Dokdo row concerns Japanese here

  • Published : Apr 6, 2010 - 06:53
  • Updated : Apr 6, 2010 - 06:53
Community wary of aggravating bilateral relations

With the sovereignty dispute over Dokdo stokes fierce anti-Japan sentiment among Koreans, many Japanese living here are wary of adding fuel to the row.
Nobukatsu Amari, 26-year-old Japanese man who has just finished his studies at a university here and is set to go home, says that every time he watches TV these days, he feels sorry for both countries.
"This year was meant to be a landmark year for Japan-Korea friendship but it is stained like this," he said. This year is the 40th anniversary of diplomatic ties between the countries and is slated to be celebrated as Korea-Japan Friendship Year.
After the Dokdo dispute surfaced, he has been asked numerous times by his Korean friends and acquaintances, "What`s gotten into Japanese people?" It was usually as a joke, but a couple of times it was meant seriously.

Mitsunori Fujisawa, a Seoul resident for more than 10 years, had another reason to be worried about the current situation.
"Children were told by their teachers (at a Japanese international school in Seoul) not to speak Japanese aloud in public or behave in a way that might provoke their Korean friends," said the 44-year-old father of two, who teaches Japanese at a private language institute in Seoul.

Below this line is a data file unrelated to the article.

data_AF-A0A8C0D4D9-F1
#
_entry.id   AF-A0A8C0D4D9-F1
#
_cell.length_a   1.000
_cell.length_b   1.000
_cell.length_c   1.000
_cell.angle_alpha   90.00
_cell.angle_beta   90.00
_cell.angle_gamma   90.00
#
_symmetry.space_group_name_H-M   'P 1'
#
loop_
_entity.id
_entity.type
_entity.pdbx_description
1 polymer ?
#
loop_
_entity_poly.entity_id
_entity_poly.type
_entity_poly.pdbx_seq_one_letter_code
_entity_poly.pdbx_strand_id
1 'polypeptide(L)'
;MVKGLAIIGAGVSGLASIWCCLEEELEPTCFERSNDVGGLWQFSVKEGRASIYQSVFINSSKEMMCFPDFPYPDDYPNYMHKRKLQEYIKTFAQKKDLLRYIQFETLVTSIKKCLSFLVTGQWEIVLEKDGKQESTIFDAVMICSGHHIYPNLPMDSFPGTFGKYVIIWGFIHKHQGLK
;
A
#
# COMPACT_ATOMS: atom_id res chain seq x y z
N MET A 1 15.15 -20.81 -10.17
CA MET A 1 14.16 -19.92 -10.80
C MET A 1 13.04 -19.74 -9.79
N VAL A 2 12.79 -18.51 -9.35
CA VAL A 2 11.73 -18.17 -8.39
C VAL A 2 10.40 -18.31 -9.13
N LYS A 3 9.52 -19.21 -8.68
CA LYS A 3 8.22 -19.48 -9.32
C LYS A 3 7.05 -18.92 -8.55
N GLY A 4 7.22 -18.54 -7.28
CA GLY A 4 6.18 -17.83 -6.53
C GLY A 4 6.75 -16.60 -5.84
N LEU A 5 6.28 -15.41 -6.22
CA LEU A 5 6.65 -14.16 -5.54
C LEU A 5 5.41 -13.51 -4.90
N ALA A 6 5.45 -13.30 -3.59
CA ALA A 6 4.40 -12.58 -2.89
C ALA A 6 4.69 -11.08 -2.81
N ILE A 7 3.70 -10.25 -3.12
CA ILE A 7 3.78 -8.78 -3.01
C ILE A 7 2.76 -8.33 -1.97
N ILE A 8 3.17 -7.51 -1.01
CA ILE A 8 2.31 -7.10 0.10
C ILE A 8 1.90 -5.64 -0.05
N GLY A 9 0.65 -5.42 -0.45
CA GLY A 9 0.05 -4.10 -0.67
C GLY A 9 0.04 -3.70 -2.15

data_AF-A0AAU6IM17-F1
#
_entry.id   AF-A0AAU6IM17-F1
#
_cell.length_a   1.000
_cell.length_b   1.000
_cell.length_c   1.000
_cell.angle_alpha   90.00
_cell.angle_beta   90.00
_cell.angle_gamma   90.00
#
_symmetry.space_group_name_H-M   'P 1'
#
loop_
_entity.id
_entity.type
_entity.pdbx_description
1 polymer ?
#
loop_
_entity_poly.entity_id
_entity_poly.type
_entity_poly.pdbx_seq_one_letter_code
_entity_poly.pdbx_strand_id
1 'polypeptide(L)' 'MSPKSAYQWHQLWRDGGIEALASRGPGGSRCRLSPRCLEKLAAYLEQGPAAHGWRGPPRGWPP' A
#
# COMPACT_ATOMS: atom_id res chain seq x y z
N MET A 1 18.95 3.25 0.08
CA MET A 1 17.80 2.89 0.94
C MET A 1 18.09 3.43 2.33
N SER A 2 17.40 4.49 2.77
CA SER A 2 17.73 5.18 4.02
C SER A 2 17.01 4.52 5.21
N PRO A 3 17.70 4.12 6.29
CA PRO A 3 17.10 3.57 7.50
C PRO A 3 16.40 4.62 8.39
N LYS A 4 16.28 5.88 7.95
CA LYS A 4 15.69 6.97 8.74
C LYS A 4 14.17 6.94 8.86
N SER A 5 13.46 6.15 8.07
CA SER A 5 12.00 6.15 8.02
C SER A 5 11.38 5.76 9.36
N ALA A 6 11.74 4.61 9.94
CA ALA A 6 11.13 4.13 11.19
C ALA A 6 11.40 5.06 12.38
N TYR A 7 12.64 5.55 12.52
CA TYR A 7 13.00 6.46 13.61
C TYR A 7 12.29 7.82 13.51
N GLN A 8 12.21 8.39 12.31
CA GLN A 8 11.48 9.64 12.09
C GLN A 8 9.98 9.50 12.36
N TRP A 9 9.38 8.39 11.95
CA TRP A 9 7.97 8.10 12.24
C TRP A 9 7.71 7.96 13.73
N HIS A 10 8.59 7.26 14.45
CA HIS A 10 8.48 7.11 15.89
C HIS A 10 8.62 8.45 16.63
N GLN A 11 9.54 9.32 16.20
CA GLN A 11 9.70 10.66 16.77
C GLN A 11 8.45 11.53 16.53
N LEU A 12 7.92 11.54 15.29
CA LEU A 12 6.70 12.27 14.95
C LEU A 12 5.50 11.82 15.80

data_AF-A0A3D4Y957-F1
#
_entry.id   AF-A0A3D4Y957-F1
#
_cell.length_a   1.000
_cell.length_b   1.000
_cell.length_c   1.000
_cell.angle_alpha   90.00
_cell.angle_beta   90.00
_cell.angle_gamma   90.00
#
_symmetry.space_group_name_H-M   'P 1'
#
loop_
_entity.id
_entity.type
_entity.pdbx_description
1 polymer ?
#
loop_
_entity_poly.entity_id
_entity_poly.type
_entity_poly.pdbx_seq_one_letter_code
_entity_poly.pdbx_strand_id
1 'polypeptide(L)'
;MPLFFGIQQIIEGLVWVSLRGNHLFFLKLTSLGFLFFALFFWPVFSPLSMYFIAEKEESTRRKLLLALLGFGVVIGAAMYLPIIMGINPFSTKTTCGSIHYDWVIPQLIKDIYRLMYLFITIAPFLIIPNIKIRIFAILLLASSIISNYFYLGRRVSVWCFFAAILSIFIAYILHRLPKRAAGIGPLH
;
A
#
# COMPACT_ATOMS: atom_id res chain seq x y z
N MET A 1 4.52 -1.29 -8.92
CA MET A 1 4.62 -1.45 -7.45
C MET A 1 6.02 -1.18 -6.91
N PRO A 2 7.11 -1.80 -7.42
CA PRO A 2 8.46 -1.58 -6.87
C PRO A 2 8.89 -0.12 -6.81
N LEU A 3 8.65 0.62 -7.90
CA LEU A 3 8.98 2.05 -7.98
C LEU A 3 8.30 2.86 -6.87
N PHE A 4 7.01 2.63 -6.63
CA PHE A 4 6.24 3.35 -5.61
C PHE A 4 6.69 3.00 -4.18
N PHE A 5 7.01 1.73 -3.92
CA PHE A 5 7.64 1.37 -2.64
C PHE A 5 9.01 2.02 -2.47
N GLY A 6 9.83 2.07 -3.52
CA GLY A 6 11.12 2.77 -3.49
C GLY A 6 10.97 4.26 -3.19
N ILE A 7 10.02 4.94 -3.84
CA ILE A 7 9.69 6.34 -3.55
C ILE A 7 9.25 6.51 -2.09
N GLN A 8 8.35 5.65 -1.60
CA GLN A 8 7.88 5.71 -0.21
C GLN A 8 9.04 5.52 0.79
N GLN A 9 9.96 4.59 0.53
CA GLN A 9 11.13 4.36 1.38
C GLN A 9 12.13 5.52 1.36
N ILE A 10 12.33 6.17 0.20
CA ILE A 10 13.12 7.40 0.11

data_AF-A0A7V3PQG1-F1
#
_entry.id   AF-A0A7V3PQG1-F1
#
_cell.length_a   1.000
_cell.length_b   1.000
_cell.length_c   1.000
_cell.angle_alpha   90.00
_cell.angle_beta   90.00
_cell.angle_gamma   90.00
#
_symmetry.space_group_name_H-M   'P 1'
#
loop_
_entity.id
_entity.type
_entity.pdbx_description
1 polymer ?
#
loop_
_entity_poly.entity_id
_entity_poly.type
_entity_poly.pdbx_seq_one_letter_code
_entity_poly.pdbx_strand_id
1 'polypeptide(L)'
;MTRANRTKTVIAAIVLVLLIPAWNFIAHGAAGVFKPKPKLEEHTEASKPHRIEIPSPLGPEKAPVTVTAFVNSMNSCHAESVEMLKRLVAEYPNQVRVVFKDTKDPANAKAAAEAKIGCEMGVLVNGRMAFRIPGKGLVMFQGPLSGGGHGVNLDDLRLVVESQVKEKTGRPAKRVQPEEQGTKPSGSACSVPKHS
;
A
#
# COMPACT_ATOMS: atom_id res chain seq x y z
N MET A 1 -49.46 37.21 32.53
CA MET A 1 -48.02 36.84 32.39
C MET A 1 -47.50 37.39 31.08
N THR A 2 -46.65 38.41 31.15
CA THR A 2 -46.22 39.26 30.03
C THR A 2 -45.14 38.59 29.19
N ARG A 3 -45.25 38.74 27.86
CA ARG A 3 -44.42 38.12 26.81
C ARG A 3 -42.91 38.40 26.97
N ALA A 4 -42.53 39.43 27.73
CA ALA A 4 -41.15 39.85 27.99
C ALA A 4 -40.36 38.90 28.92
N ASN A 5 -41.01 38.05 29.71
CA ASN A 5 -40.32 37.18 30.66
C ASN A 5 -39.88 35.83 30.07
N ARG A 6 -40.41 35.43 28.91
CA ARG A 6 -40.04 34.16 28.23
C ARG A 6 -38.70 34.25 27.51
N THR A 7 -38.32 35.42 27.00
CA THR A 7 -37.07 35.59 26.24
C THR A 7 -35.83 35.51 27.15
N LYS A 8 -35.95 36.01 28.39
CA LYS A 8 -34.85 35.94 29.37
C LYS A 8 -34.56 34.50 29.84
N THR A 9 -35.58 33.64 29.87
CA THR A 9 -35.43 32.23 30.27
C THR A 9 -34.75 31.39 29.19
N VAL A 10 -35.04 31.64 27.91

While agreeing that the anger Korean people are now expressing toward Japan is worrying, he did not hesitate to say, "Japan should drop this immediately. Japanese have done wrong in the first place."
However, a Japanese businessman identified as Takase, said Koreans seem to be getting too emotional.
"If Dokdo is, as the Korean government says, under `effective control` of Korea, then why make such a big fuss over Japan`s `groundless` claim? I think the mass media, both in Korea and Japan, is to blame.
"Most Japanese people don`t know about or are not interested in the Takeshima issue. It`s only those in that area (of Shimane Prefecture)," he said.
Despite boiling tension behind the hustle and bustle of downtown Seoul, some Japanese tourists whom The Korea Herald spoke to in Myeong-dong - one of the most popular shopping area for Japanese tourists - seemed to be neither affected nor aware of the issue.
Ami Ono, a 19-year-old student from Fukuoka University who was on a three-day tour to Seoul, said she was just surprised to hear about what`s happening between Korea and Japan.

"I don`t know much about Takeshima. I`m surprised, really (to hear that Korean people are that upset,)" she said.
As an ardent fan of Korean TV dramas, she said, "Don`t be too upset about it. Let`s be friends."

By Lee Sun-young